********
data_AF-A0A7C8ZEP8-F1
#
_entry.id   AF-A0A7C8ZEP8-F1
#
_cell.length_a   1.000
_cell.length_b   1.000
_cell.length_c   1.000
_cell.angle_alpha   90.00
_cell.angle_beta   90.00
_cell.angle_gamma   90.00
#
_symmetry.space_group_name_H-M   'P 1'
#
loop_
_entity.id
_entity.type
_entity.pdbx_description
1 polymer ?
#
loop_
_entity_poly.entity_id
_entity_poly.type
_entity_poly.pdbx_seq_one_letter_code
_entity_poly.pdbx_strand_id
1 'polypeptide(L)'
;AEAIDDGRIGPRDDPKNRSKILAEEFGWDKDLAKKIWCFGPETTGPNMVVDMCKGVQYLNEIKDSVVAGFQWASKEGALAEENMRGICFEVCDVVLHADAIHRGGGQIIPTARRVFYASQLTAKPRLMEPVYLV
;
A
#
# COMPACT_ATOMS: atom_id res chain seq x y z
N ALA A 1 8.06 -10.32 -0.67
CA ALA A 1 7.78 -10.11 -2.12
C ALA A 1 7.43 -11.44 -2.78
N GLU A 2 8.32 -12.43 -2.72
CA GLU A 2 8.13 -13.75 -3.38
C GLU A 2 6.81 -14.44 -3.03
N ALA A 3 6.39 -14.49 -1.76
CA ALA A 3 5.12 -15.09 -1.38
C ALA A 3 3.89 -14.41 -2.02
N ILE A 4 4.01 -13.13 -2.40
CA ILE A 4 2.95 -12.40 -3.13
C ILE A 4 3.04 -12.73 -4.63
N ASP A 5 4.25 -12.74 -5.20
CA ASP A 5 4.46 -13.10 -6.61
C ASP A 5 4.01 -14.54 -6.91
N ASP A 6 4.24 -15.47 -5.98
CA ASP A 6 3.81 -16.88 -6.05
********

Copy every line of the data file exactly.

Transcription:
data_AF-A0A7C8ZEP8-F1
#
_entry.id   AF-A0A7C8ZEP8-F1
#
_cell.length_a   1.000
_cell.length_b   1.000
_cell.length_c   1.000
_cell.angle_alpha   90.00
_cell.angle_beta   90.00
_cell.angle_gamma   90.00
#
_symmetry.space_group_name_H-M   'P 1'
#
loop_
_entity.id
_entity.type
_entity.pdbx_description
1 polymer ?
#
loop_
_entity_poly.entity_id
_entity_poly.type
_entity_poly.pdbx_seq_one_letter_code
_entity_poly.pdbx_strand_id
1 'polypeptide(L)'
;AEAIDDGRIGPRDDPKNRSKILAEEFGWDKDLAKKIWCFGPETTGPNMVVDMCKGVQYLNEIKDSVVAGFQWASKEGALAEENMRGICFEVCDVVLHADAIHRGGGQIIPTARRVFYASQLTAKPRLMEPVYLV
;
A
#
# COMPACT_ATOMS: atom_id res chain seq x y z
N ALA A 1 8.06 -10.32 -0.67
CA ALA A 1 7.78 -10.11 -2.12
C ALA A 1 7.43 -11.44 -2.78
N GLU A 2 8.32 -12.43 -2.72
CA GLU A 2 8.13 -13.75 -3.38
C GLU A 2 6.81 -14.44 -3.03
N ALA A 3 6.39 -14.49 -1.76
CA ALA A 3 5.12 -15.09 -1.38
C ALA A 3 3.89 -14.41 -2.02
N ILE A 4 4.01 -13.13 -2.40
CA ILE A 4 2.95 -12.40 -3.13
C ILE A 4 3.04 -12.73 -4.63
N ASP A 5 4.25 -12.74 -5.20
CA ASP A 5 4.46 -13.10 -6.61
C ASP A 5 4.01 -14.54 -6.91
N ASP A 6 4.24 -15.47 -5.98
CA ASP A 6 3.81 -16.88 -6.05